MAFFS Force Stands Down from Wildfire Support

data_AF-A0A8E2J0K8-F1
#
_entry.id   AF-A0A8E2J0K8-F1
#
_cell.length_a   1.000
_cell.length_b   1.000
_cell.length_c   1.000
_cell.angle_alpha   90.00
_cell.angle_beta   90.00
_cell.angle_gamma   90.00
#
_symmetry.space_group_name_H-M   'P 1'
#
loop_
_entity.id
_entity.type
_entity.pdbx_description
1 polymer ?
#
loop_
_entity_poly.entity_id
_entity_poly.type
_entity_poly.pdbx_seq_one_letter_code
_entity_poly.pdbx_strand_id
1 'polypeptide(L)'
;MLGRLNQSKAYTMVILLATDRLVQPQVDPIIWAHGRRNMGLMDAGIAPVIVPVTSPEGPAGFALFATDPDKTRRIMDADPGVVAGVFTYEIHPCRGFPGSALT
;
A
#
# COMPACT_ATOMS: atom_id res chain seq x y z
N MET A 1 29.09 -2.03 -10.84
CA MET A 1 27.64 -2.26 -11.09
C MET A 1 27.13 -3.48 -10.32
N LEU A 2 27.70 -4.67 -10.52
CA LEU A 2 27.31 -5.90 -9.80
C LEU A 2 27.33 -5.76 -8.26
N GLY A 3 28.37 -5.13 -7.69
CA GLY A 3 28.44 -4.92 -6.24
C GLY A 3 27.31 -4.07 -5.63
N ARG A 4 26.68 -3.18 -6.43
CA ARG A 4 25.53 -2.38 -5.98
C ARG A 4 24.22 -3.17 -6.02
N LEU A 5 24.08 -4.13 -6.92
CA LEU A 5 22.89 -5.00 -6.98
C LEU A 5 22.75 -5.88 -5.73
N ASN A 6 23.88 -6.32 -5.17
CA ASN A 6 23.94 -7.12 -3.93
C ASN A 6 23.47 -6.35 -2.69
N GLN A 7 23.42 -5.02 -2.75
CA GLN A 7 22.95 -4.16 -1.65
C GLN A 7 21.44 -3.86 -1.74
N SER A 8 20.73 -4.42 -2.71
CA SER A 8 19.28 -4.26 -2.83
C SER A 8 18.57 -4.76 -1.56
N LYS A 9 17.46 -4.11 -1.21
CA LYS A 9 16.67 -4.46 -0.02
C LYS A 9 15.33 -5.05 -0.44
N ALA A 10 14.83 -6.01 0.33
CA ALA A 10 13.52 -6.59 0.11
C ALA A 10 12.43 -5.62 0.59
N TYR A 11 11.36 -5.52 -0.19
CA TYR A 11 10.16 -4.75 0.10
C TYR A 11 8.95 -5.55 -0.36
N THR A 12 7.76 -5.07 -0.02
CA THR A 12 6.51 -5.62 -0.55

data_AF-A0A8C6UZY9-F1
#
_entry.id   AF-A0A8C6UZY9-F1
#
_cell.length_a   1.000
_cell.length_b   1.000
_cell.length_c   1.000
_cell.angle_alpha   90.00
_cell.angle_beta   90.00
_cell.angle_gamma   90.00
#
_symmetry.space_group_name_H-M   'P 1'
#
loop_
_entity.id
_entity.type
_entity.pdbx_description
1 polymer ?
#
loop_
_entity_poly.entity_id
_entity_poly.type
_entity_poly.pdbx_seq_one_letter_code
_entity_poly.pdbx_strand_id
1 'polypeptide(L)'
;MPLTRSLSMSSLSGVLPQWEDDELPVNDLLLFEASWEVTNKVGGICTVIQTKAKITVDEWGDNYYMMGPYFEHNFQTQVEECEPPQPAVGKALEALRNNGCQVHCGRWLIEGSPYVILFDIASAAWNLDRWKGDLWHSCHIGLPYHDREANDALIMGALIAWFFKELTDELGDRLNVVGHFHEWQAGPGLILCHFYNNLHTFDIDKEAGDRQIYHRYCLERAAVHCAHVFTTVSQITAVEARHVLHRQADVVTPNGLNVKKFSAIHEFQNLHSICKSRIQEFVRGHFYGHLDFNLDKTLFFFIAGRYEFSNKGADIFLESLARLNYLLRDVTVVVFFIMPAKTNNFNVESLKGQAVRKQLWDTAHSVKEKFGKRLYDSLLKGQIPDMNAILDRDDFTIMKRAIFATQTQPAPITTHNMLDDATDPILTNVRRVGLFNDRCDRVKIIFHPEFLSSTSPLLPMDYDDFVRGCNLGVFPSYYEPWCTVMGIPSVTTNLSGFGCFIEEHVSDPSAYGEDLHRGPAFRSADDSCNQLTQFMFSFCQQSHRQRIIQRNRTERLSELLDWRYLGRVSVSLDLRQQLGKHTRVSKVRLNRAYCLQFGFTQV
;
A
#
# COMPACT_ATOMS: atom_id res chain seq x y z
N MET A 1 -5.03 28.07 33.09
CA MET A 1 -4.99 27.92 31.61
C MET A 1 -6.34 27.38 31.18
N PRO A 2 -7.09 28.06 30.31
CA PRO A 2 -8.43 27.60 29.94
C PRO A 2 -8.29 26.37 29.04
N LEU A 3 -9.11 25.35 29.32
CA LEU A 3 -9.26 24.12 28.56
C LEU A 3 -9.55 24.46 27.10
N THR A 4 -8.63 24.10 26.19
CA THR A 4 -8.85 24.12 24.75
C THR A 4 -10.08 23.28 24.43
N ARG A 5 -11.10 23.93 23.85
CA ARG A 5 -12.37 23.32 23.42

MAFFS Force Stands Down from Wildfire Support: The Air Force’s small fleet of C-130 firefighting airplanes ceased battling wildfires in the western United States. The US Forest Service released the final two Modular Airborne Firefighting System-equipped C-130s from service on Sept. 14 due to favorable fire conditions in the western states, according to the 153rd Air Expeditionary Group’s Sept. 17 release. The two C-130s—one Air National Guard asset from California and one from North Carolina—had been operating out of Sacramento, Calif., for the past few weeks. “Although our planes and crews have returned home, we all know MAFFS can still be reactivated well into the fall,” said Lt. Col. Donald Taylor, 153rd AEG acting commander. The MAFFS C-130s began fighting the wildfires on June 25, with up to six airplanes simultaneously called up during this span. C-130s from the Wyoming Air Guard and Air Force Reserve Command’s 302nd AW were also part of this force. Through Sept. 14, the MAFFS fleet released some 2.5 million gallons of fire retardant during 1,011 drops in 10 states, according to the group. That’s the second highest gallons-dispensed tally for a season in the MAFFS fleet’s history.